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Sean Spicer Did Not Need To Lose Self-Respect–Should Have Taken My Parent’s Advice

July 21, 2017

There is no way that the main news story of the day does not get a post here on Caffeinated Politics.

As I write this entry it once again is required that I lift a line off a wall plaque that my parents gave me when I turned age thirteen in 1974.  The line is not great verse nor meant to be.  The message is simple and straightforward.

“Don’t let the crowd pressure you; stand for something or you’ll fall for anything”.

That plaque hangs in my closet where I see it daily when I pull a knit shirt off a shelf.   Spicer should have had one given to him as teenager, too.

To say the least it has been a wild six months for Spicer.  He is as known to most folks in the land as their own senators–perhaps and sadly so–perhaps more.  He was the source of many late night jokes and a truly hilarious series of spoofs thanks to Melissa McCarthy, on Saturday Night Live.  Spicer came to be known for all the wrong reasons, however.

He came to the top of the known names and faces for losing his credibility.

The most important part of the job of any White House spokesperson is to have credibility.  History shows how the words, that others who have held that job, have made markets move, foreign leaders respond, and news tickers beep in newsrooms around the country.

So from his first full day on the job, when Spicer sparred with reporters about the size of the inauguration crowds–in spite of facts that showed the exact opposite–he lost that one thing that was not recoverable.  He was told what to do by President Trump, and instead of doing what a solid-minded person in the role of spokesperson should have done–provide honest information–Spicer instead took the road of lies and landed into his own self-created mess.  In the process he became a national joke.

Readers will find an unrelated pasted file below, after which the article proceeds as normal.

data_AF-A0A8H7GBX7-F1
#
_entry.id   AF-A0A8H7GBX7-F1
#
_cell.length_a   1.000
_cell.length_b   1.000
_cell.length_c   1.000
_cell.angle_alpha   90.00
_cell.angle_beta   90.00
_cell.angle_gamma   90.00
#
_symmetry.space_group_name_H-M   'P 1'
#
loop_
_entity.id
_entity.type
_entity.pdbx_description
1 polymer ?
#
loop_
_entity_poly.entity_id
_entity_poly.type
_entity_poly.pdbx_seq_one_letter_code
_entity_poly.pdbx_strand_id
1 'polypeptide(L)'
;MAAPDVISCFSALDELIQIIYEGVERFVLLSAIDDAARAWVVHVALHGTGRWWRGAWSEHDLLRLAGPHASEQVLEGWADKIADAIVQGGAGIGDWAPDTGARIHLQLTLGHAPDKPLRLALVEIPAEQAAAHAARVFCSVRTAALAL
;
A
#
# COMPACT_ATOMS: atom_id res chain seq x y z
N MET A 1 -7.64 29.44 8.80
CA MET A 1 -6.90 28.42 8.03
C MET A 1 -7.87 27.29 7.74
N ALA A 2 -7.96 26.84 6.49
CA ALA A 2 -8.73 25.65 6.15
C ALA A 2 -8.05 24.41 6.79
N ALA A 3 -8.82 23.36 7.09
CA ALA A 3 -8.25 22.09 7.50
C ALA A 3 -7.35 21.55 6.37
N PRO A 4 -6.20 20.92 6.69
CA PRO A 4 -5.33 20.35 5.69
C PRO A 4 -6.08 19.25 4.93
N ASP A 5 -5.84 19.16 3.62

He is not the first or last one to latch onto Trump and find that there is no safe place to be, no possible way to pick junk up by the clean end, or remove the tarnish or stain that comes when one gets too close to what our parents told us to stay clear of.

The very first time that Spicer said one thing to the press only to have minutes later Trump take a contradictory position is when the spokesman should have walked into the Oval Office and laid down the law.  Trump needed an older brother to beat some sense into him, and failing that now needs a White House staff that can do the same.

What has happened to Spicer has been a national series of embarrassments.  Spicer could no longer travel with Trump. Then he no longer gave press briefings, with that duty going to deputy press secretary Sarah Huckabee Sanders, who is the worst person ever to step before a camera in the press room.  She needs so much help and advice about how to respond to questions, and not make it sound like a wire in her bra is pinching her.   At least Spicer attempted some humor.

This blog has been critical of the way Spicer conducted his job.  Journalists across the nation would agree.   I have also opined that White House chief of staff Reince Priebus is close to the exit door.  Given the bond that Priebus and Spicer shared over the past six months one has to wonder how soon it might be before I will be writing the exit post for the former Wisconsin Republican.

There will be no tears–as I stated from the start Priebus was not the type required to be the most important person in the White House.  Effective presidents are only allowed that luxury with a a most competent chief-of-staff.

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